I it true that any connected oriented 3-manifold with nonempty boundary can be obtained as a ramified cover of 3-ball with a ramification at a link?

  • link = a 1-dimensional submanifold with possibly nonempty boundary.

If answer is "YES", can we choose in addition the restriction of the covering at the boundary?

  • 5
    $\begingroup$ For the second part, the answer will be no in general. If one has a boundary which is a torus, and you require that the covering map be the elliptic involution, then the map won't extend in general over the 3-manifold, since this would extend to an involution on the manifold, which in general doesn't exist. $\endgroup$ – Ian Agol Jan 30 '11 at 19:09
  • 4
    $\begingroup$ See Cor. 6.3 of ams.org/journals/tran/1979-247-00/S0002-9947-1979-0517687-9/… $\endgroup$ – Ian Agol Jan 30 '11 at 19:31
  • $\begingroup$ @Agol, Thank you so much, your ref gives more than I wanted :) $\endgroup$ – Anton Petrunin Jan 30 '11 at 20:14

Berstein and Edmonds prove in Cor. 6.3 that for an orientable 3-manifold $W$ with connected boundary, with a branched cover $\varphi: \partial W\to S^2$ of degree $n>3$, then there is a branched cover $\Phi: W\to D^3$ such that $\Phi_{|\partial W}=\varphi$. In another paper, Edmonds claims in Theorem 2.1 that Cor. 6.3 extends to maps $f: W\to D^3$ such that the boundary map is a branched cover of the same degree as $f$ (allowable). One can easily construct an allowable map $f:W\to D^3$ by mapping $\partial W$ to $S^2$ by a branched cover so that each component of $\partial W$ has positive degree $>2$ (with respect to the orientation induced by $W$), and extend to all of $W$ by coning off. Theorem 2.1 implies that this map is homotopic to a branched cover.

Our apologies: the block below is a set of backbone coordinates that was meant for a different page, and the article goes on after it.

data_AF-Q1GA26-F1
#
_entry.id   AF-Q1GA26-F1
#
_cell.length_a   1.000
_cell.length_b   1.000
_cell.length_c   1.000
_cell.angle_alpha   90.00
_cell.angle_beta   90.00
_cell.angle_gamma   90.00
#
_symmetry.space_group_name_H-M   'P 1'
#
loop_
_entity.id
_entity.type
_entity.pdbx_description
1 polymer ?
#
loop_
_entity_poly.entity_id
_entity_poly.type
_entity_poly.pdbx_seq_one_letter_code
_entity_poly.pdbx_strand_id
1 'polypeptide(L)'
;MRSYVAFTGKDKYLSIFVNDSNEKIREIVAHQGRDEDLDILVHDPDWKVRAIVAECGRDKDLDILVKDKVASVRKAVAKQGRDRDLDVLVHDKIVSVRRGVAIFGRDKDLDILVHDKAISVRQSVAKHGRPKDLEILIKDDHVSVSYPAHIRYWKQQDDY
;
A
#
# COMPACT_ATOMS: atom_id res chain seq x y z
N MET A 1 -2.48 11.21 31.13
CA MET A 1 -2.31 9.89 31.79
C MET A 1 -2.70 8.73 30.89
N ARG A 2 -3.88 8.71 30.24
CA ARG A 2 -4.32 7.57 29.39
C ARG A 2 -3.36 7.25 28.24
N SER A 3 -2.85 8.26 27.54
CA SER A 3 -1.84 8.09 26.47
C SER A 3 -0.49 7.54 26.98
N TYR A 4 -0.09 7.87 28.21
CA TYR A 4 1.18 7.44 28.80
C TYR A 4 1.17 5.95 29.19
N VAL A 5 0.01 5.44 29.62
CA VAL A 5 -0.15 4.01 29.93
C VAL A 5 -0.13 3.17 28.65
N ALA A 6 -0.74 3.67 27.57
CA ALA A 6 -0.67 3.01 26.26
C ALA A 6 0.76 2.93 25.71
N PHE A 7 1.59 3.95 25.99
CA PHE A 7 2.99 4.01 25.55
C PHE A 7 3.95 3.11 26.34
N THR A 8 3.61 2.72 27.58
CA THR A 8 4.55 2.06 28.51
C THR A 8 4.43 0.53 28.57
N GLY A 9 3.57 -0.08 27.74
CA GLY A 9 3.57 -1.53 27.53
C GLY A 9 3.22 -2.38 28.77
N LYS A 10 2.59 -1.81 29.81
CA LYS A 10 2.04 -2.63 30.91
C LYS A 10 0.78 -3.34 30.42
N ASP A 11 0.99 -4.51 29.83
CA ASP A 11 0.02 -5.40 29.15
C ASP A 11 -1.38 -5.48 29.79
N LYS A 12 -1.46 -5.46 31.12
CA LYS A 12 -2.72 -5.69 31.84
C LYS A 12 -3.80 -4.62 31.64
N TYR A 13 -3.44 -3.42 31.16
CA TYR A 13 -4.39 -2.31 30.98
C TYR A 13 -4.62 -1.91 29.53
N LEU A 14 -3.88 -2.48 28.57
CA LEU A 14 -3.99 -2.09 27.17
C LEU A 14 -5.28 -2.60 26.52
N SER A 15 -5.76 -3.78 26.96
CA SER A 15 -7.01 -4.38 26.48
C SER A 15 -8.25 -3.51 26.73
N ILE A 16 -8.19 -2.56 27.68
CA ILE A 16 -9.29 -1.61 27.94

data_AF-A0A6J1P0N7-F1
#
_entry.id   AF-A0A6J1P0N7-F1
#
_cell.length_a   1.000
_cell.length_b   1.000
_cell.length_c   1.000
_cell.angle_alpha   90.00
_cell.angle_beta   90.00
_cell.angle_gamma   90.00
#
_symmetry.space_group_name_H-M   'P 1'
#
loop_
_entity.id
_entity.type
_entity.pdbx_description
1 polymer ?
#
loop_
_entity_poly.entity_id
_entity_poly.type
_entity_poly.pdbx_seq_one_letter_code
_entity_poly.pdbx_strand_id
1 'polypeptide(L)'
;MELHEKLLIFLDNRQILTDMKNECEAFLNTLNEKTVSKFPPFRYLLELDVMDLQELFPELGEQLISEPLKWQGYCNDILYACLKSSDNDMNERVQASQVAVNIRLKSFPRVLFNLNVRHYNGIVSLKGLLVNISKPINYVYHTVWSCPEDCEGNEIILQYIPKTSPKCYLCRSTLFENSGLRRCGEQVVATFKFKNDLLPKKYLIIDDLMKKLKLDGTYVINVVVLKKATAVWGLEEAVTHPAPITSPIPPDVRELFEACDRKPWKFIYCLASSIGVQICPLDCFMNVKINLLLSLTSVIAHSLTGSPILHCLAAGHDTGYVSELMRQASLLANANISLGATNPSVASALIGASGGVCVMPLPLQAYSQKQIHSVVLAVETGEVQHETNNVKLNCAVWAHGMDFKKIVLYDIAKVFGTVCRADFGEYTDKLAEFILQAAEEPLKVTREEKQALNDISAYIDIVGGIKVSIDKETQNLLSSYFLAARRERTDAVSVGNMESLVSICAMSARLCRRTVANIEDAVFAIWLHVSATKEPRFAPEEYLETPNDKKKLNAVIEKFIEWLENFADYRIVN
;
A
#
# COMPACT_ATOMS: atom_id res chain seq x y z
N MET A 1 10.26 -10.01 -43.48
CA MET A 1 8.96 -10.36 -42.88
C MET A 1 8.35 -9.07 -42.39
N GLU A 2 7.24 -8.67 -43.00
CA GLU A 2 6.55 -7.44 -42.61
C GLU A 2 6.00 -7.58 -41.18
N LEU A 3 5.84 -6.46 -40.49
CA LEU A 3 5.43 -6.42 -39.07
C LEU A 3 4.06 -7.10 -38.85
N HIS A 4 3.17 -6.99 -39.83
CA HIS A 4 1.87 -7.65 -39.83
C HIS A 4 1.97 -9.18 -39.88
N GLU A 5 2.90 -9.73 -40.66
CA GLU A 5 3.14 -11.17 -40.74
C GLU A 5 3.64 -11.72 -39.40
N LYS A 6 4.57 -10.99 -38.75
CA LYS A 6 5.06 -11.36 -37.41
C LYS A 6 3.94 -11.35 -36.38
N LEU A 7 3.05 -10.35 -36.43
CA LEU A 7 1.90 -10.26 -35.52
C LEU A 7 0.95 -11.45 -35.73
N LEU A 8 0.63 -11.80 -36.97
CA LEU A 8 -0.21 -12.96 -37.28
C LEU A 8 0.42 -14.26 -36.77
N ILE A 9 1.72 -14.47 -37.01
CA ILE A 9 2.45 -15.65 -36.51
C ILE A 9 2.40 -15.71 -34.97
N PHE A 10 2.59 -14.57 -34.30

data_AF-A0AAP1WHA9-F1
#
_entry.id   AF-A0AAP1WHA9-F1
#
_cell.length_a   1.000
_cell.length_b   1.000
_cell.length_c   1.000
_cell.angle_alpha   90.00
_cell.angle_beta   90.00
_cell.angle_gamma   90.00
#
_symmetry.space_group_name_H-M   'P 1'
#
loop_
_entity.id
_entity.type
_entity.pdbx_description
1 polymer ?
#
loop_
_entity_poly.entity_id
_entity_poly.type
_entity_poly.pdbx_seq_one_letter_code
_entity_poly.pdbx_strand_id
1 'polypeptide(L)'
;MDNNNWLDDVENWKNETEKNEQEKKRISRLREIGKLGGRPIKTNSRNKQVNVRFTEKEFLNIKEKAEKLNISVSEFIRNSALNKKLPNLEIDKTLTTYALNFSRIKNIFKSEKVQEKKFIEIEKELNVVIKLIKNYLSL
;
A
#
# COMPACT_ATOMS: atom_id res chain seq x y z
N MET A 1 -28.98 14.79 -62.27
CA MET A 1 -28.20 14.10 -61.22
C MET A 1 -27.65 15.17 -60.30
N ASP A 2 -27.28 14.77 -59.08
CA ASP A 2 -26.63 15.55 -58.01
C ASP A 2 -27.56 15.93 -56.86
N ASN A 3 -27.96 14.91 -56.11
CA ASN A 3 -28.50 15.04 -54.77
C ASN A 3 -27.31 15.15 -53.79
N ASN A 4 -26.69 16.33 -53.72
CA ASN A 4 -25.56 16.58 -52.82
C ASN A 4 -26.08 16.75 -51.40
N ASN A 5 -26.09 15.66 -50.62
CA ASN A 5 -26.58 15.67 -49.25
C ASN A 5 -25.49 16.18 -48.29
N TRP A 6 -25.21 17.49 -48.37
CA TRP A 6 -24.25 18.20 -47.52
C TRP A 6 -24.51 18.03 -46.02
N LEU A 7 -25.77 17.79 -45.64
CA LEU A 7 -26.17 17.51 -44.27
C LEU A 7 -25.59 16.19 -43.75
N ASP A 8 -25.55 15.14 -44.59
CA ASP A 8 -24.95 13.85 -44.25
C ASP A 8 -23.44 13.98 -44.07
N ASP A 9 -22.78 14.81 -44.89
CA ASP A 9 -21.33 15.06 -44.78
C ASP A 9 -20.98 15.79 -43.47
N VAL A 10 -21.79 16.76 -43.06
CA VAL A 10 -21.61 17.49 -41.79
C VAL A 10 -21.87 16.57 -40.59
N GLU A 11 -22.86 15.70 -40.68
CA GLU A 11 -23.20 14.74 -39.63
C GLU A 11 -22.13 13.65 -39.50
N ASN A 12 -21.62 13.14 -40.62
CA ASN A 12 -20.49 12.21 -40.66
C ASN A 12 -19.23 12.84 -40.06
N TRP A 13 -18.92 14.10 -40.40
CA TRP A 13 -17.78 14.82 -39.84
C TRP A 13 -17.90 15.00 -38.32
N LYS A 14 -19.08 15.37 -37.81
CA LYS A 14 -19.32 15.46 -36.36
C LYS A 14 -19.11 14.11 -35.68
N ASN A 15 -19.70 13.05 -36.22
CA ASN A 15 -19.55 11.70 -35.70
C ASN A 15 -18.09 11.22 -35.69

The hypothesis of degree $>2$ is necessary, since for example if one has a knot $K\subset S^3$ which is not (strongly) invertible, then $M=S^3-\mathcal{N}(K)$ is a manifold with torus boundary such that there is a degree 2 map $T^2=\partial M\to S^2$ which is the quotient of the elliptic involution, but which doesn't extend over $M$.

| cite | improve this answer | |

Your Answer

By clicking “Post Your Answer”, you agree to our terms of service, privacy policy and cookie policy

Not the answer you're looking for? Browse other questions tagged or ask your own question.